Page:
DETROIT – Over the sounds of the assembly plant building the all-new 2016 Chevrolet Cruze, employees at General Motors’ Gunsan plant in South Korea can hear cicadae singing from rescued trees that first sprouted more than a century ago.
The Gunsan plant is GM’s first manufacturing site in Asia to earn certification from the Wildlife Habitat Council for establishing a wildlife habitat on corporate lands, but it’s just one of 46 GM sites around the world that have been recognized by the nonprofit for biodiversity programs.
Seven-thousand miles east, GM’s Orion Assembly plant is gearing up to start production of the Chevrolet Bolt EV, while also establishing an onsite pollinator garden to protect declining populations of honeybees and monarch butterflies.
In Kansas City, Kan., GM’s Fairfax Assembly plant is not only the home to the next-generation Chevrolet Malibu and all-new Malibu Hybrid, but to the mourning doves and scissortail flycatchers that take refuge on the site’s 2½ acres of habitat.
GM is now halfway toward its goal of securing wildlife habitat certifications or equivalent at each of its manufacturing sites by 2020. The company leads all automakers in Wildlife Habitat Council certifications.
“General Motors’ continued conservation leadership and commitment to habitat enhancement sets an example for other companies to follow,” said Margaret O’Gorman, president, Wildlife Habitat Council. “The global aspect of GM’s participation in conservation programs raises awareness of corporate conservation’s impact in enhancing ecosystems of value around the world.”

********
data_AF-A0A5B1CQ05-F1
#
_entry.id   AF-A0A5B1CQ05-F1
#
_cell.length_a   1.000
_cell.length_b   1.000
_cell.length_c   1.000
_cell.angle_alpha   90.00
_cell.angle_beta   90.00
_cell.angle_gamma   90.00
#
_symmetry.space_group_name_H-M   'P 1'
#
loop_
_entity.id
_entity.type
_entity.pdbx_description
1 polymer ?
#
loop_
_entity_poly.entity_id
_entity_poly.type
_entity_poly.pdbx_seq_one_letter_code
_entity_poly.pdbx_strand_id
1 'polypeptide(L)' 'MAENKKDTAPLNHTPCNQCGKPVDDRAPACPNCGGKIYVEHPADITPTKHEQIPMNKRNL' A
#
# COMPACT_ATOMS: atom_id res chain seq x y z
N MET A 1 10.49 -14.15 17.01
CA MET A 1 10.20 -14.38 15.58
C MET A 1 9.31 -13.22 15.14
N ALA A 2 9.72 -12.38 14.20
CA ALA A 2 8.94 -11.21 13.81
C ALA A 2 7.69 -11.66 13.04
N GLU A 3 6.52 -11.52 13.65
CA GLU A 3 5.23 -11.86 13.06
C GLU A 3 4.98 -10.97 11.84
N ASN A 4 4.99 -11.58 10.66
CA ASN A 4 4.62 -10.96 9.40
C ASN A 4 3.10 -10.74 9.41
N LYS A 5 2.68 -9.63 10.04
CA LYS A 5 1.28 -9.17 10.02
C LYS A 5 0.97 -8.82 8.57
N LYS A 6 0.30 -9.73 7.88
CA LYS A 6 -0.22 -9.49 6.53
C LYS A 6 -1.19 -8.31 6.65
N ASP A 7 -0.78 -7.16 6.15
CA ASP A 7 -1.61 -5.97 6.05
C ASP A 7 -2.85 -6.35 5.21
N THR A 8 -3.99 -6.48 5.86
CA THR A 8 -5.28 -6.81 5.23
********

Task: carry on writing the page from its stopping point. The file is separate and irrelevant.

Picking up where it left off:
GM’s Gunsan site is the first program the Wildlife Habitat Council has certified in Korea. Last year, GM became the first company to establish a certified wildlife habitat in China. The company now manages nearly 4,700 acres of wildlife habitat in seven countries.
GM received seven new certifications this year through the Wildlife Habitat Council’s Wildlife at Work and Corporate Lands for Learning programs, which recognize outstanding wildlife habitat management and environmental education efforts at corporate sites. Twelve GM facilities also earned recertification this year, having shown continuous growth of their habitats and environmental education programs.
“Our global scale gives us an opportunity to enhance diverse ecosystems in the communities where we live and work, from wetlands and deserts to woodlands and prairies,” said Greg Martin, GM executive director for Sustainability. “We work with schools, nonprofits and conservation groups in our communities to increase awareness about wildlife and habitat preservation at the local level.”
About General Motors Co.
General Motors Co. (NYSE:GM, TSX: GMM) and its partners produce vehicles in 30 countries, and the company has leadership positions in the world's largest and fastest-growing automotive markets. GM, its subsidiaries and joint venture entities sell vehicles under the Chevrolet, Cadillac, Baojun, Buick, GMC, Holden, Jiefang, Opel, Vauxhall and Wuling brands. More information on the company and its subsidiaries, including OnStar, a global leader in vehicle safety, security and information services, can be found at http://www.gm.com.
About the Wildlife Habitat Council
The Wildlife Habitat Council (WHC) promotes and certifies habitat conservation and management on corporate lands through partnerships and education. Since 1988, WHC programs translate corporate sustainability goals and objectives into tangible and measurable on-the-ground actions. Through a focus on building collaboration for conservation with corporate employees, other conservation organizations, government agencies and community members, WHC programs focus on healthy ecosystems and connected communities. WHC wildlife habitat and conservation education programs are found in 44 states, the District of Columbia and 13 countries.